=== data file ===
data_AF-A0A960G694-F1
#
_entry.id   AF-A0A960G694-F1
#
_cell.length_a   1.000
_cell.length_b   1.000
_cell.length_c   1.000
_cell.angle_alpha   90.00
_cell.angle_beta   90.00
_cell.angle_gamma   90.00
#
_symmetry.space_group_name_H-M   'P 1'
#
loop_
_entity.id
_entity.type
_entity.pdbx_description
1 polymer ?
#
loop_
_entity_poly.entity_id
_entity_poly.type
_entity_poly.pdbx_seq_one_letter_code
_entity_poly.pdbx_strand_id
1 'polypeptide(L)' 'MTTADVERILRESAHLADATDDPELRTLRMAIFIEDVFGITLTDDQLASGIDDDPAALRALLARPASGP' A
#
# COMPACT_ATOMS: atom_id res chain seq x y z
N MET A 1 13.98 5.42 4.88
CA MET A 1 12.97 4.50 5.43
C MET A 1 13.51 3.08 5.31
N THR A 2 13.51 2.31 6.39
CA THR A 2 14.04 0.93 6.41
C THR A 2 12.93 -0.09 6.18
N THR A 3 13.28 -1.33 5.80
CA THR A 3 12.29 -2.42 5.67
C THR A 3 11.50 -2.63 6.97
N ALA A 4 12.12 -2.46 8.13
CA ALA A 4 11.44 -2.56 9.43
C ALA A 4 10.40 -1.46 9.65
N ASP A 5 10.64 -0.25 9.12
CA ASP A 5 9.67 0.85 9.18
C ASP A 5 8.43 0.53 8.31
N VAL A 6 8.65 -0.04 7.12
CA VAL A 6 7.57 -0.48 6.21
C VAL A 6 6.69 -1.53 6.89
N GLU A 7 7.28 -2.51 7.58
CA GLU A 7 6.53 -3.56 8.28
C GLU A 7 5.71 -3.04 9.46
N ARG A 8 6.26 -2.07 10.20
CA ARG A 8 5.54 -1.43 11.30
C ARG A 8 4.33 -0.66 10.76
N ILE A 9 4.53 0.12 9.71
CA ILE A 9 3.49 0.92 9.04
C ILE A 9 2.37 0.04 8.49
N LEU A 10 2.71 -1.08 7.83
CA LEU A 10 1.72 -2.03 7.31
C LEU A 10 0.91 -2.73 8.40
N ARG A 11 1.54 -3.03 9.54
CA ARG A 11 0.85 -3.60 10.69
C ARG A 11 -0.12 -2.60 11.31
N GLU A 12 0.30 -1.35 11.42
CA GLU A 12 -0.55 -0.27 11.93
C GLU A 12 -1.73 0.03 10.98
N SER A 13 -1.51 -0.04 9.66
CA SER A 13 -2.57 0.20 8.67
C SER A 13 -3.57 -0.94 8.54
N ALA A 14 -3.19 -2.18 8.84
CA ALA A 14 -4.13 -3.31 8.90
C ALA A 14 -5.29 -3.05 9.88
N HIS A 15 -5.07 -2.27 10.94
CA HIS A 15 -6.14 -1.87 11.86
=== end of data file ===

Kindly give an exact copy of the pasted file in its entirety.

data_AF-A0A960G694-F1
#
_entry.id   AF-A0A960G694-F1
#
_cell.length_a   1.000
_cell.length_b   1.000
_cell.length_c   1.000
_cell.angle_alpha   90.00
_cell.angle_beta   90.00
_cell.angle_gamma   90.00
#
_symmetry.space_group_name_H-M   'P 1'
#
loop_
_entity.id
_entity.type
_entity.pdbx_description
1 polymer ?
#
loop_
_entity_poly.entity_id
_entity_poly.type
_entity_poly.pdbx_seq_one_letter_code
_entity_poly.pdbx_strand_id
1 'polypeptide(L)' 'MTTADVERILRESAHLADATDDPELRTLRMAIFIEDVFGITLTDDQLASGIDDDPAALRALLARPASGP' A
#
# COMPACT_ATOMS: atom_id res chain seq x y z
N MET A 1 13.98 5.42 4.88
CA MET A 1 12.97 4.50 5.43
C MET A 1 13.51 3.08 5.31
N THR A 2 13.51 2.31 6.39
CA THR A 2 14.04 0.93 6.41
C THR A 2 12.93 -0.09 6.18
N THR A 3 13.28 -1.33 5.80
CA THR A 3 12.29 -2.42 5.67
C THR A 3 11.50 -2.63 6.97
N ALA A 4 12.12 -2.46 8.13
CA ALA A 4 11.44 -2.56 9.43
C ALA A 4 10.40 -1.46 9.65
N ASP A 5 10.64 -0.25 9.12
CA ASP A 5 9.67 0.85 9.18
C ASP A 5 8.43 0.53 8.31
N VAL A 6 8.65 -0.04 7.12
CA VAL A 6 7.57 -0.48 6.21
C VAL A 6 6.69 -1.53 6.89
N GLU A 7 7.28 -2.51 7.58
CA GLU A 7 6.53 -3.56 8.28
C GLU A 7 5.71 -3.04 9.46
N ARG A 8 6.26 -2.07 10.20
CA ARG A 8 5.54 -1.43 11.30
C ARG A 8 4.33 -0.66 10.76
N ILE A 9 4.53 0.12 9.71
CA ILE A 9 3.49 0.92 9.04
C ILE A 9 2.37 0.04 8.49
N LEU A 10 2.71 -1.08 7.83
CA LEU A 10 1.72 -2.03 7.31
C LEU A 10 0.91 -2.73 8.40
N ARG A 11 1.54 -3.03 9.54
CA ARG A 11 0.85 -3.60 10.69
C ARG A 11 -0.12 -2.60 11.31
N GLU A 12 0.30 -1.35 11.42
CA GLU A 12 -0.55 -0.27 11.93
C GLU A 12 -1.73 0.03 10.98
N SER A 13 -1.51 -0.04 9.66
CA SER A 13 -2.57 0.20 8.67
C SER A 13 -3.57 -0.94 8.54
N ALA A 14 -3.19 -2.18 8.84
CA ALA A 14 -4.13 -3.31 8.90
C ALA A 14 -5.29 -3.05 9.88
N HIS A 15 -5.07 -2.27 10.94
CA HIS A 15 -6.14 -1.87 11.86